Obviously, that’s not always a great look. If you’re obsessing about your personal Instagram grid looking picture-perfect then you might want to consider talking to someone about it. However, we’re talking about a social platform you’re going to leverage to get more revenue for your business. It’s important it looks attractive to your prospects.
I really like Katelyn Bourgoin’s profile on Linkedin. She’s really nailed the aesthetics.
Obviously, when it comes to aesthetics, our tastes may (and probably do) differ. That’s ok. We’re thinking more about principals here than specifics.
Let’s look at what works for Katelyn Bourgoin:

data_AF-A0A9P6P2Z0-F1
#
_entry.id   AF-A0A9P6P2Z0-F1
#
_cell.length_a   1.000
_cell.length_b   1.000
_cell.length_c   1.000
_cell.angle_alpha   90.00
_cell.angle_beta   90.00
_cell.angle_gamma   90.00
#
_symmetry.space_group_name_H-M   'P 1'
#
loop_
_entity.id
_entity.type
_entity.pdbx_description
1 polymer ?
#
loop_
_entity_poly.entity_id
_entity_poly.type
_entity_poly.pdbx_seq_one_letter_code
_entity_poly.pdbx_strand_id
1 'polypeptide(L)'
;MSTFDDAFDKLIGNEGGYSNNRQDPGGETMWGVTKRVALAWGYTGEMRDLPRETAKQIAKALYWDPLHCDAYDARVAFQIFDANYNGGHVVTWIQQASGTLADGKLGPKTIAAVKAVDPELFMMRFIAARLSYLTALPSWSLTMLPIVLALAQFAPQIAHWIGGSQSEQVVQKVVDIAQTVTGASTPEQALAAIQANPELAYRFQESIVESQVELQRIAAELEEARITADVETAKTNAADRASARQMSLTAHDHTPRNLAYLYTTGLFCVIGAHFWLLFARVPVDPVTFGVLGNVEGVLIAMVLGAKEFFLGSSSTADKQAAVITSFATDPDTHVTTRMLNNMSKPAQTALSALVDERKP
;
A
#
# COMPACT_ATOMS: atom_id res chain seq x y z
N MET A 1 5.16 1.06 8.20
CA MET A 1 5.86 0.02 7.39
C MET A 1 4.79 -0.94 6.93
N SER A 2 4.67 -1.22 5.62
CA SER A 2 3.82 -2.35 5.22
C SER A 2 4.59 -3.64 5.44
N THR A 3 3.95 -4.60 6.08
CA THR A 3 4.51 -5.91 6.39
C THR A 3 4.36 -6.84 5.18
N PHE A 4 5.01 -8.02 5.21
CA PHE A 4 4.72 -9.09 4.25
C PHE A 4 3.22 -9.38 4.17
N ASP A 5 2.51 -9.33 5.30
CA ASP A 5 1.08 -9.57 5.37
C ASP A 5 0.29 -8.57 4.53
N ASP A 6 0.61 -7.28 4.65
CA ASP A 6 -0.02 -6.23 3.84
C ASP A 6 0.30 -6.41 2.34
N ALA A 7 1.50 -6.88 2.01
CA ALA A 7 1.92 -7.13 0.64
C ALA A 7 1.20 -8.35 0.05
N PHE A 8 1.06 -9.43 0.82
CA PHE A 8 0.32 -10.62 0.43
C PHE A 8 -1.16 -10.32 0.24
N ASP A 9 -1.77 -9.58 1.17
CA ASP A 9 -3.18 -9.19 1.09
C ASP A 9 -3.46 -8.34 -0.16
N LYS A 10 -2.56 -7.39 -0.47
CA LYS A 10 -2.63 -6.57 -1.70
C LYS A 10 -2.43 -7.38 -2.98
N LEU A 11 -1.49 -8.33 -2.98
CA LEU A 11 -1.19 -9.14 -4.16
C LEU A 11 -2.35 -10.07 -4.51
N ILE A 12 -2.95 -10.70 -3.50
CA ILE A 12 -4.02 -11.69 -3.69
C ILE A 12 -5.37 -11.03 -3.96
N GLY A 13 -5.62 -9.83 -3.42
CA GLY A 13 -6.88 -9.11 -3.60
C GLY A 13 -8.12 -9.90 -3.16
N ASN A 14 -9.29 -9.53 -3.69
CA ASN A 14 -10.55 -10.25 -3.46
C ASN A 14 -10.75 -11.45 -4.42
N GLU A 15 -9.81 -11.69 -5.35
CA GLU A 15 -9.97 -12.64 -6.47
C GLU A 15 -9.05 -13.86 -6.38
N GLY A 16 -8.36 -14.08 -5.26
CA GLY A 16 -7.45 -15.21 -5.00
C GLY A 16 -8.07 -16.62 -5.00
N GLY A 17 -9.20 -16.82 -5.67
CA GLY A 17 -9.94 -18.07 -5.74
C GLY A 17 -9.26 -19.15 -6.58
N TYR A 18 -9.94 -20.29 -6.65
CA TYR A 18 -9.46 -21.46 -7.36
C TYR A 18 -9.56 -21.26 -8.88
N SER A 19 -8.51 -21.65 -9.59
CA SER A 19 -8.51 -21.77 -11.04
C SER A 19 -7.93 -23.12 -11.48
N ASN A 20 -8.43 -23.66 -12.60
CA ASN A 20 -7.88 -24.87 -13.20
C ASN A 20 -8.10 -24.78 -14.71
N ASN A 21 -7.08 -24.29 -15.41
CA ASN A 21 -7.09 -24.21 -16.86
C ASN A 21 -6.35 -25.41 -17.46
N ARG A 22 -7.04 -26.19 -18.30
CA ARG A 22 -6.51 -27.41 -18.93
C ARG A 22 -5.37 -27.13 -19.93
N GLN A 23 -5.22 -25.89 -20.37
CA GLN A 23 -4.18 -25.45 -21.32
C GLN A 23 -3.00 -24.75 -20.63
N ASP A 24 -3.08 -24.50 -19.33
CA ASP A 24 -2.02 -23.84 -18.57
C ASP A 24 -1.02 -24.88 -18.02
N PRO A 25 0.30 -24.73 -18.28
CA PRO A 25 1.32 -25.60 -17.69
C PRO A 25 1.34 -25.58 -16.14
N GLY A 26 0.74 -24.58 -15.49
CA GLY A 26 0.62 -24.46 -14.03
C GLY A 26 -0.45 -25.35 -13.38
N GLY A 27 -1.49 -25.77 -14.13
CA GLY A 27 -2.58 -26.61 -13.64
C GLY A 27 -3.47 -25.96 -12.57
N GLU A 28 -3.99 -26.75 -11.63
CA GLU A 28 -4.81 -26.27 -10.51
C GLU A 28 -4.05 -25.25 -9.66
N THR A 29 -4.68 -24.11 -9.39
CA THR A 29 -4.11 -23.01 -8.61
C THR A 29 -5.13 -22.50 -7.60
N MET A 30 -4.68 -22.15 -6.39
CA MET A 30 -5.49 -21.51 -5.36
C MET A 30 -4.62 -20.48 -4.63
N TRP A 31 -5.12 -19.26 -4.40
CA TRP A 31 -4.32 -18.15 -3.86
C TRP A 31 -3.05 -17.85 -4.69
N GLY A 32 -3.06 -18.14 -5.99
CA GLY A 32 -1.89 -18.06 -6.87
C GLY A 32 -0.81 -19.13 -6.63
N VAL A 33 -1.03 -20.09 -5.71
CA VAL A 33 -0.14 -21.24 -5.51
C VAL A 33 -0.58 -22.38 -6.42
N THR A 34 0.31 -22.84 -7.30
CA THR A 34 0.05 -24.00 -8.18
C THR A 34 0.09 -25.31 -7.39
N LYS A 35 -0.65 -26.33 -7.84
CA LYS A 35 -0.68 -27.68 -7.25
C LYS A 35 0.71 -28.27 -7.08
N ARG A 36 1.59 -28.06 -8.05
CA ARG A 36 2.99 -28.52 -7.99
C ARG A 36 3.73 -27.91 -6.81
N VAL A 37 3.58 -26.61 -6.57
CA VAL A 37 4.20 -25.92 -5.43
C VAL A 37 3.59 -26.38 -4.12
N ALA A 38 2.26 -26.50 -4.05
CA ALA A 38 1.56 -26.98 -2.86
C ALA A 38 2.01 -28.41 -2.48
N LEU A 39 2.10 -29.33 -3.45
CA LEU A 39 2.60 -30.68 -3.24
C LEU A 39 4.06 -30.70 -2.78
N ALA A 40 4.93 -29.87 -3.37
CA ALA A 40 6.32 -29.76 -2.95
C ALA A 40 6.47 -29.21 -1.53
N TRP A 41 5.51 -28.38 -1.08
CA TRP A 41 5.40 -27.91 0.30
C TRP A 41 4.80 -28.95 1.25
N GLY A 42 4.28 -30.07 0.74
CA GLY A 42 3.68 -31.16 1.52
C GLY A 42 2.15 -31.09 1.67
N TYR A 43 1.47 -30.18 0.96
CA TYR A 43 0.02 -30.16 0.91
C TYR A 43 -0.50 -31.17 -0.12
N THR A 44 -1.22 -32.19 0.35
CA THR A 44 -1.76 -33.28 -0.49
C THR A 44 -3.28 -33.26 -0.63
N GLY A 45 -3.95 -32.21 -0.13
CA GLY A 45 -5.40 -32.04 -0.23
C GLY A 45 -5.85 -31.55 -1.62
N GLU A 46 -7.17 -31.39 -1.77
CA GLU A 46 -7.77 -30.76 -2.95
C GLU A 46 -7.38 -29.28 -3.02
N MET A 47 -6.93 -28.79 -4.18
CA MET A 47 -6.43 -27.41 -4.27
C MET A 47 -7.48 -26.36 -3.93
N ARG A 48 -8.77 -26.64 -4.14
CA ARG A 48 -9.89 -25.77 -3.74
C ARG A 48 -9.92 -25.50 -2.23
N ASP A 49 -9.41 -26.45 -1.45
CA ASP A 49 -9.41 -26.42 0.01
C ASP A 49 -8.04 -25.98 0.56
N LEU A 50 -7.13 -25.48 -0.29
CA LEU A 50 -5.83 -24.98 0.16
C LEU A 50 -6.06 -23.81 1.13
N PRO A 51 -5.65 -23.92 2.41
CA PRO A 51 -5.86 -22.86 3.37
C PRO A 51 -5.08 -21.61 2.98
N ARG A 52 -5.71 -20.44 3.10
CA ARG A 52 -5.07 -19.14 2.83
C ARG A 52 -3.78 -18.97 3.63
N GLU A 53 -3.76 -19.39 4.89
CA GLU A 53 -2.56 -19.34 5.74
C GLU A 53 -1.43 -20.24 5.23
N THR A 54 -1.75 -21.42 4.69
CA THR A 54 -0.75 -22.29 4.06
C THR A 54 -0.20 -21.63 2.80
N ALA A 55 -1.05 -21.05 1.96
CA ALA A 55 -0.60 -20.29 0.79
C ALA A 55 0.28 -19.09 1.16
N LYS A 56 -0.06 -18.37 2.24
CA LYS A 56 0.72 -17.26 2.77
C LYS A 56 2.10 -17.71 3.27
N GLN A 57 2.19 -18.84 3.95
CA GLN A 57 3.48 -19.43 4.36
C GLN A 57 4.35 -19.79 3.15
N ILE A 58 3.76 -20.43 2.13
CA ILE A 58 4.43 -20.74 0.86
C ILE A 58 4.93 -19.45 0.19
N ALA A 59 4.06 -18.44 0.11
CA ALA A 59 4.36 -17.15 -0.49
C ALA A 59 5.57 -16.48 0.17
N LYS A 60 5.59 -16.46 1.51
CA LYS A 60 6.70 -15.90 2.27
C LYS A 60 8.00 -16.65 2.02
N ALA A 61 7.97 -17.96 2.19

- Her profile picture is clutter-free – you can see who you’re interacting with even on a teeny scale.
- Her banner is simple, eye-catching and effective. You know what you’re getting when you decide to follow
- There’s a relationship between her profile picture and her banner. It’s smart and looks coherent.
If you scroll further down her profile, you’ll notice something else on the aesthetic front…
These are her featured posts. The branding (that vibrant two-tone colour scheme is 👌) is consistent here too. Not only is it eye-catching and consistent, it also says a lot about her personality. It’s bold, confident, fun (check the emojis and smiley photos) and highly clickable.
I think we can distil this glance into the aesthetics of Katelyn’s profile to a few key takeaways:
- Keep your banner simple: try to communicate just 1 thing with it
- 70% of your profile picture should be your face
- Set your face against a single-coloured background in your pfp
- Link your profile picture to your banner (colours help here)
- Theme your content with your banner and profile picture’s colour palette.